Want to learn more about complex peptide manufacturing? Contact Neuland today.

Generic Drugs: Despite Dominance, Consumer Perception Issues Linger

Generics: U.S. Drug Industry Dominance
The last time you filled a prescription, was it a generic or a brand name drug?

An astonishing 89% of all drug prescriptions in the U.S. are filled with generics.

Of particular interest as far as cost savings are concerned: that 89% only represented 27% of drug expenditures. At (Generic But Mighty), Karen Langhauser writes:

Generic and biosimilar drugs have rightfully earned their place as part of the solution. In the U.S., generics account for 89 percent of prescriptions dispensed but only 26 percent of total drug costs. Generics have saved the U.S. healthcare system $1.67 trillion in the last decade, generating $253 billion in savings in 2016 alone.

Generic drugs are not a small opportunity, and they already do their share of heavy lifting in the U.S. healthcare market. But generics do face a number of hurdles – some of which Langhauser discusses in the article. In no particular order, the top four include:

  1. Consumer Misperceptions
    “Safety not proven” despite bioequivalence, “different side effects from the original drug,” and “low cost = low quality.” While consumer perceptions are shifting, some uncertainty remains, and the challenge of communicating with audiences on these issues can be problematic.
  2. Marketing
    Generics operate with much tighter margins and pricing pressures, hindering ‘full-court-press’ – which is important to the challenge of educating and communicating with consumer audiences.
  1. Trademark/Patent Law
    Trademark law can prohibit generic drugs from appearing like their innovator equivalent. This means branding or designs that are different from what the consumer may expect, creating additional uncertainty and distrust among patients who track their meds by appearance..
  2. Government & Regulatory
    Lawmakers and regulatory agencies around the world have traditionally favored innovator drugs. Recent positive actions and guidance, however, are improving generic access to markets.

Lingering Consumer Misperceptions of Generics
The drug industry as a whole is well aware there is no distinction in performance or safety between generic and innovator drugs. In fact, that’s the principal reason why drug companies fight so hard to protect their IP and keep other firms away from their niche for as long as possible. But despite decades of evidence, some consumers still equate price and quality. A shrinking percentage of consumers remain fearful of side effects that aren’t found in either the brand name drugs or generic equivalents.

With most generics manufactured outside of the U.S., safety perception issues arise when foreign manufacturers are cited by regulators. There is a misunderstanding that the FDA disproportionately cites India’s pharma companies – issuing Form 483s, which list observations related to violations of Good Manufacturing Practices (GMPs).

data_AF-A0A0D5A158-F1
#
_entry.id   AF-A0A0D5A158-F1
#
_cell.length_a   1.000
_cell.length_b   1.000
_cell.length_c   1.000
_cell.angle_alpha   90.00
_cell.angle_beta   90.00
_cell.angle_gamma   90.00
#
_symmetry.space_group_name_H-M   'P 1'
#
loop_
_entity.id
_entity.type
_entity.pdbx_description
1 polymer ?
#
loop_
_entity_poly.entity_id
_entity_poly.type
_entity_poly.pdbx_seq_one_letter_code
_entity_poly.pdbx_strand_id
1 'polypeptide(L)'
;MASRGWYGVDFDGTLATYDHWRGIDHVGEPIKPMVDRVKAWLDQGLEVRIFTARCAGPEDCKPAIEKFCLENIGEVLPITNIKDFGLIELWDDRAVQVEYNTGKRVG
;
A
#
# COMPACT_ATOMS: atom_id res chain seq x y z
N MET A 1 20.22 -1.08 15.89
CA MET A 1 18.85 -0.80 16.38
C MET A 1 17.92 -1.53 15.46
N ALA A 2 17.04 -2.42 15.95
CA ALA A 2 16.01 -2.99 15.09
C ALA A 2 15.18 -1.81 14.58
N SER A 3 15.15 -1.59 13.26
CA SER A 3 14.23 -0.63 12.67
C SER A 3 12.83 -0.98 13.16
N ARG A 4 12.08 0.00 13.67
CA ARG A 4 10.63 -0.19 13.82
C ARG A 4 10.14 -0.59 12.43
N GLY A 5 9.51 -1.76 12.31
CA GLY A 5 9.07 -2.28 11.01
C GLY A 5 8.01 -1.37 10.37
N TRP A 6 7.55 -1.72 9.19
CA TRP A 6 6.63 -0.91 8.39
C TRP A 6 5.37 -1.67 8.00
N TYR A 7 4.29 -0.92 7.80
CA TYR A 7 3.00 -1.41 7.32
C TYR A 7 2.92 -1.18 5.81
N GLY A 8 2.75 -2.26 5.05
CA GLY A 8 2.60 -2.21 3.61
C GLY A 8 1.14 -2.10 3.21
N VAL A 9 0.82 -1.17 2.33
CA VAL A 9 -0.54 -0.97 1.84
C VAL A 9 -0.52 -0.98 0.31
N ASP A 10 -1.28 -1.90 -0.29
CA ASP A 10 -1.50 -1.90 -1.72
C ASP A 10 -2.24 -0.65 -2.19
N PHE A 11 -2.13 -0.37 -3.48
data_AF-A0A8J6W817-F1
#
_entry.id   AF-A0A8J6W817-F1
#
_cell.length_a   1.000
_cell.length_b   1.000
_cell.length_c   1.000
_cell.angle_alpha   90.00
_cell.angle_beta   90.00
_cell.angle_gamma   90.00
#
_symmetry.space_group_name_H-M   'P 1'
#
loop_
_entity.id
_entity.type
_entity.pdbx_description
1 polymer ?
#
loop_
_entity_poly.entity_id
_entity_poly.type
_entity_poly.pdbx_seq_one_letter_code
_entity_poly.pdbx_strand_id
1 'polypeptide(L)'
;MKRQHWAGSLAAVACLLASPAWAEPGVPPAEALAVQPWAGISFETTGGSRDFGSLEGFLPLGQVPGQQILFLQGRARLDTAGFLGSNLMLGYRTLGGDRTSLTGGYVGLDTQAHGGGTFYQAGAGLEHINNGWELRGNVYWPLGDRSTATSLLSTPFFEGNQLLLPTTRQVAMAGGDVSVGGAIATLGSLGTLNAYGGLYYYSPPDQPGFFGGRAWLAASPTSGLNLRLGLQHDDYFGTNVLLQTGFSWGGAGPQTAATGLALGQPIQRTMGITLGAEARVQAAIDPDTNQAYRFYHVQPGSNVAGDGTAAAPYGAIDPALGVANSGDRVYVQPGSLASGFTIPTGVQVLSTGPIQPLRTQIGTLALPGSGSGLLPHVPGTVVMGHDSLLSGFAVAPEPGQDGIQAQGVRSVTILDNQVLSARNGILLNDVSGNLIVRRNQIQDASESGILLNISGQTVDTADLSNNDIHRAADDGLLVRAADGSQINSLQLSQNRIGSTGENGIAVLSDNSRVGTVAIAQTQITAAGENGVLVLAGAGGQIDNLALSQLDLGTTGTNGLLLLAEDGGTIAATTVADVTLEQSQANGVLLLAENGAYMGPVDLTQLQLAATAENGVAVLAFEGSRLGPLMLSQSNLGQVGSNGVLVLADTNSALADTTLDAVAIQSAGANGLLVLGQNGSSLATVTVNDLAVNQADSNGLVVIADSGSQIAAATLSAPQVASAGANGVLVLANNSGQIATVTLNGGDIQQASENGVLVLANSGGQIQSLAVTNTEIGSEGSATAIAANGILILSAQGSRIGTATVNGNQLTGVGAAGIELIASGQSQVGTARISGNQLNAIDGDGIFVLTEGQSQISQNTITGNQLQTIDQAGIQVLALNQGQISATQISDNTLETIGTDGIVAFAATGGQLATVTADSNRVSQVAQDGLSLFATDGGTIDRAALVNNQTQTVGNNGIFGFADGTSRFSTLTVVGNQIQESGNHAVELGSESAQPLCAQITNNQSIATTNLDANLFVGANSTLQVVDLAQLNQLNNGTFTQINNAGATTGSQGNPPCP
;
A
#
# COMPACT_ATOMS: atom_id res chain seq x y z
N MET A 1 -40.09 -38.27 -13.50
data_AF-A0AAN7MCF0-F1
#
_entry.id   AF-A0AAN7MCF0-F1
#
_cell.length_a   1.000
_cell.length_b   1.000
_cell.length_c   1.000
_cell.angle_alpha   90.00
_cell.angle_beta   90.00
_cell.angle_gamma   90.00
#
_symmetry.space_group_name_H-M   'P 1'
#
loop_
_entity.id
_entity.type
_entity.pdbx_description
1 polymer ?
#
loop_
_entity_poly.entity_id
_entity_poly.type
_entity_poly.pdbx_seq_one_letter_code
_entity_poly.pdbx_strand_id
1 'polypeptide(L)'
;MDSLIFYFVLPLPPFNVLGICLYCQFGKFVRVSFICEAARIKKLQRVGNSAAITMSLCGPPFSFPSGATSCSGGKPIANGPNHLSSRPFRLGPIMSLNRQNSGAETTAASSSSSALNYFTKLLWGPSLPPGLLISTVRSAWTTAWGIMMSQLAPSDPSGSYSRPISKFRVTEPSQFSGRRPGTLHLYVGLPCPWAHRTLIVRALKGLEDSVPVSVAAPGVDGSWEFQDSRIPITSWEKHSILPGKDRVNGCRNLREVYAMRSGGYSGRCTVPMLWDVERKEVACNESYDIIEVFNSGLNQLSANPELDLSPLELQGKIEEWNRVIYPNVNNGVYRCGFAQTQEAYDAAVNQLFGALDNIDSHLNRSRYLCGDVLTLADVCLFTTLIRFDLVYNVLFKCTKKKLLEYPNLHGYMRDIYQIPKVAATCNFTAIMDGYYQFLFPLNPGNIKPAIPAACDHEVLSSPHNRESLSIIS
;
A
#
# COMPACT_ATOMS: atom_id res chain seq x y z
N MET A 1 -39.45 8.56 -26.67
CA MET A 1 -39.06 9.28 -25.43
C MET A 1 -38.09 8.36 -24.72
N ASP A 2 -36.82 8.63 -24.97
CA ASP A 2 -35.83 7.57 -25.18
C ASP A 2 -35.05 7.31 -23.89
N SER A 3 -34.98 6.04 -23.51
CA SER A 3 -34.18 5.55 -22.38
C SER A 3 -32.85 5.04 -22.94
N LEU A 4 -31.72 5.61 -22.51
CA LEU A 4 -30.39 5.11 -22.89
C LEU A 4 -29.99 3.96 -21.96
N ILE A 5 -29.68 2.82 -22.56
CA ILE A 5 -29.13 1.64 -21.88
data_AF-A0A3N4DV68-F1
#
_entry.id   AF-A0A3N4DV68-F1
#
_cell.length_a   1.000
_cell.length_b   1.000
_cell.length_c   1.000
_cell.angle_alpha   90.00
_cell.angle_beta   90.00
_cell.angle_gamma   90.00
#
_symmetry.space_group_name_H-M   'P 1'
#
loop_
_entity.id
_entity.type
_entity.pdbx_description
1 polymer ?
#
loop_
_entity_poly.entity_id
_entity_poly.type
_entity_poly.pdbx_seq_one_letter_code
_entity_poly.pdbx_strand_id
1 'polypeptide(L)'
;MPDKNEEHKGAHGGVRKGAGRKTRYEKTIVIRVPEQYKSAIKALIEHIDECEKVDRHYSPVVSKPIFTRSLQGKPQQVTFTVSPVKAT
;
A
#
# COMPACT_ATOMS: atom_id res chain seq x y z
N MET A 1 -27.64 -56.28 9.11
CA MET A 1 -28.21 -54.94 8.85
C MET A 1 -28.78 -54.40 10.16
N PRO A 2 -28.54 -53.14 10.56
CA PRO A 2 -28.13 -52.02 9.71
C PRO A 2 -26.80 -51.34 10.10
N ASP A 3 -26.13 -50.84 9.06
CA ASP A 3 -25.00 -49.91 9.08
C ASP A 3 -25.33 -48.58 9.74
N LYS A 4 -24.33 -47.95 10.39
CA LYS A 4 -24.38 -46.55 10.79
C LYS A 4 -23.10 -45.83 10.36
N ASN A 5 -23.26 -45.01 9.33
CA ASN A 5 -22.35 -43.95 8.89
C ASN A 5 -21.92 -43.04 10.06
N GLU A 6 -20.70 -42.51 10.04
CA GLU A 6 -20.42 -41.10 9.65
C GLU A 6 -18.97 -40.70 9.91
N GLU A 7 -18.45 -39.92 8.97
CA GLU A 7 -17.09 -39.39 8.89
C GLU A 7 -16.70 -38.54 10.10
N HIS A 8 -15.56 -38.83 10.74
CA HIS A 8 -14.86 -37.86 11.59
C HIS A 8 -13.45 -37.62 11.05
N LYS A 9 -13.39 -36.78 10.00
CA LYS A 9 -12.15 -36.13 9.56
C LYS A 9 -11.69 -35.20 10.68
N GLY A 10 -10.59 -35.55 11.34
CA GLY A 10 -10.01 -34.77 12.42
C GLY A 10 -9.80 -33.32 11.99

The FDA is more active in India and elsewhere than in years past – mostly due to the massive upsurge in generics and the bigger chunk of exports to the U.S. With nearly 600 FDA-approved plants (a sizeable portion of whom export to the U.S. market), India (along with China) has increasingly become a focal point for inspections. From LiveMint:

The rise in inspections comes in the backdrop of the Generic Drug User Fee Act’s (GDUFA) implementation in the US in 2012 which sought to hasten generic approvals and eliminate disparity in inspections of US and foreign manufacturing facilities. One-fifth of FDA inspections happen in India and China currently, up from 11% in 2012, said Edelweiss Securities in a February report.

The increased scrutiny is for good reason: India is the world’s largest exporter of generic drugs. The good news is that the percentage of Indian firms cited has been on the decrease over the last year or two due in part to better training and coordination with regulatory authorities.

Well-outnumbering those cited in headlines, there are many companies such as Neuland with exemplary regulatory track records and long histories of working with global regulators. But news headlines highlighting recalls, 483s and import bans absolutely increase consumer – and manufacturing sponsor – concerns.

Emerging Policies to Boost Generics?
In the same article referenced above, Langhauser discussed policies that could further drive generic drug growth in the U.S.:

“One prominent solution highlighted in the proposed budget was generic drugs. The proposal included several provisions designed, in theory, to give the U.S. Food and Drug Administration greater ability to bring generics to market faster.”

In spite of challenges, the market penetration of generic drugs continues to grow – playing an increasingly important role in global healthcare. Consumer acceptance has also increased, and regulatory agencies & governments seem to be improving how (and how fast) generics are brought to market.

Neuland Patent Spotlight: Entacapone & Parkinson’s Disease

Treating the Symptoms of Parkinson’s Disease
According to the Parkinson’s Foundation, Parkinson’s Disease (PD) affects about one million people in the U.S., and 10 million worldwide.